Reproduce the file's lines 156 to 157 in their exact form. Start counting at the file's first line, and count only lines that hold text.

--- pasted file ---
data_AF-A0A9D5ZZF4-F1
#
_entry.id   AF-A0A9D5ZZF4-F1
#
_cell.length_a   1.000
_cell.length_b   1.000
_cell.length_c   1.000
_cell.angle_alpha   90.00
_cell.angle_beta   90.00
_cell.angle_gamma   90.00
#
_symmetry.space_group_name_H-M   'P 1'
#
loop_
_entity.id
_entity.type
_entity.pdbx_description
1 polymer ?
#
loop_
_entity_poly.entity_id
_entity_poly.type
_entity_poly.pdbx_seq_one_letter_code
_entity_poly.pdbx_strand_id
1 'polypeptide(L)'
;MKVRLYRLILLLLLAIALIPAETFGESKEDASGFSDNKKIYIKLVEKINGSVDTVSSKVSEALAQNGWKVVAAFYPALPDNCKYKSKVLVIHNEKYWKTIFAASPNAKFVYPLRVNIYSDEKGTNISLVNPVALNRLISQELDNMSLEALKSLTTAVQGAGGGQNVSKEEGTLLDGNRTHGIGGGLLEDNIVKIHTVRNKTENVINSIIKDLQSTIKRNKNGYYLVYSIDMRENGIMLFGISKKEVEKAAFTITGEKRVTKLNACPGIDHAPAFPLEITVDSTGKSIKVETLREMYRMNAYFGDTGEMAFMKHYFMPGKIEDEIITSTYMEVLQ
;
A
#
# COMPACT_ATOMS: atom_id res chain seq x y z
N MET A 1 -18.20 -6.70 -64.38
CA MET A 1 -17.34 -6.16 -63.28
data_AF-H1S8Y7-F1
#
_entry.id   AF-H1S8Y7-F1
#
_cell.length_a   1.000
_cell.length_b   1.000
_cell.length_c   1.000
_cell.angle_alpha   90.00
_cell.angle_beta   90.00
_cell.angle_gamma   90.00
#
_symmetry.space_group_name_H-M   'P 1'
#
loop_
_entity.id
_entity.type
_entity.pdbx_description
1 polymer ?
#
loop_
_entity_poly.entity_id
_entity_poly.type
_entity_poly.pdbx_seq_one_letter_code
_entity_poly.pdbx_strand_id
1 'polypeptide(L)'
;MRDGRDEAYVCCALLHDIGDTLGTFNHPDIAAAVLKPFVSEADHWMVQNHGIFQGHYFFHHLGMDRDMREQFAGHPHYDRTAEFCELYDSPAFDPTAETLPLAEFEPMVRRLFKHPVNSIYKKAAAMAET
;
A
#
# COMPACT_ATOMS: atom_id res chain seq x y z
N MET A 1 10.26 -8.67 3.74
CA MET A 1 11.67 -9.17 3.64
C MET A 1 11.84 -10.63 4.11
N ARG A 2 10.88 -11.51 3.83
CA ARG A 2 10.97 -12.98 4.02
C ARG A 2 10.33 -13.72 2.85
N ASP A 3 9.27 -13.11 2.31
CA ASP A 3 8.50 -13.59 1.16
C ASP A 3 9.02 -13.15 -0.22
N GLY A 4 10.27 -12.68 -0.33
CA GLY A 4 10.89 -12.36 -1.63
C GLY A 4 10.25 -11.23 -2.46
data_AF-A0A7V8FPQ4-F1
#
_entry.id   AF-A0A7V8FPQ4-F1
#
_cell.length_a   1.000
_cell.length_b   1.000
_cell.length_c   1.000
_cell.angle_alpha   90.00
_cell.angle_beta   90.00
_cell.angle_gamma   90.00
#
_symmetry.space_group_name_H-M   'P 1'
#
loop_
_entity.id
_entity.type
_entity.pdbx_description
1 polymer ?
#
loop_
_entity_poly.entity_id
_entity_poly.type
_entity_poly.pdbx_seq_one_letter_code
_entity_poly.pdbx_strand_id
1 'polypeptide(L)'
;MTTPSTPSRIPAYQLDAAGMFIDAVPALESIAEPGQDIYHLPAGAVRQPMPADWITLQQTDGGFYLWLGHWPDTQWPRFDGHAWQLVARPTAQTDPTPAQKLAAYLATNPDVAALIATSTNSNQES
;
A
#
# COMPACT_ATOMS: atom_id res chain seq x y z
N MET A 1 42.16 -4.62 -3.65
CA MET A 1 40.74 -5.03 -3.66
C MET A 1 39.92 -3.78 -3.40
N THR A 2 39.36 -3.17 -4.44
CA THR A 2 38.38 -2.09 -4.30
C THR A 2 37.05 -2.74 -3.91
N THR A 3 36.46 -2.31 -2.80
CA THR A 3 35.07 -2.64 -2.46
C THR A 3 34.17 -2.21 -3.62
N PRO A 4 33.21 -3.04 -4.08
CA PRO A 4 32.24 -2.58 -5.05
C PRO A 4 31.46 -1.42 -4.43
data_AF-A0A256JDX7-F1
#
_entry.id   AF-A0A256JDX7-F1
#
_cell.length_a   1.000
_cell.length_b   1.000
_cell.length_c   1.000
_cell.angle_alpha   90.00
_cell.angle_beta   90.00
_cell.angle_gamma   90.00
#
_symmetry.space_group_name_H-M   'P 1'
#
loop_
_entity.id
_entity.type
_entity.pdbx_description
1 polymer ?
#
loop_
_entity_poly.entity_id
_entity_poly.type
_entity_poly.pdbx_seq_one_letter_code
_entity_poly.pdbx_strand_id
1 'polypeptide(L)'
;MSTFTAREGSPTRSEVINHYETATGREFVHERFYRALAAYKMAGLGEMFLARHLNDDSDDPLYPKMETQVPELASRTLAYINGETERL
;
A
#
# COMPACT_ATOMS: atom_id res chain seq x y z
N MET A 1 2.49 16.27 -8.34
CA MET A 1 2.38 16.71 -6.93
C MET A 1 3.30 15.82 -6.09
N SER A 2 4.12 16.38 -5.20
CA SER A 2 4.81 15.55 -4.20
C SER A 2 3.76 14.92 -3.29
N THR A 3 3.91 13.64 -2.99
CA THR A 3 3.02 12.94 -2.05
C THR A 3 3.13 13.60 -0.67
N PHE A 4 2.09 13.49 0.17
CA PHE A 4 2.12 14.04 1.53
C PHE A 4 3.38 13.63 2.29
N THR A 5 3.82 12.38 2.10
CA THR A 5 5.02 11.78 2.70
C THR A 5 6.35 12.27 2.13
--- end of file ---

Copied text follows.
N PHE A 4 2.09 13.49 0.17
CA PHE A 4 2.12 14.04 1.53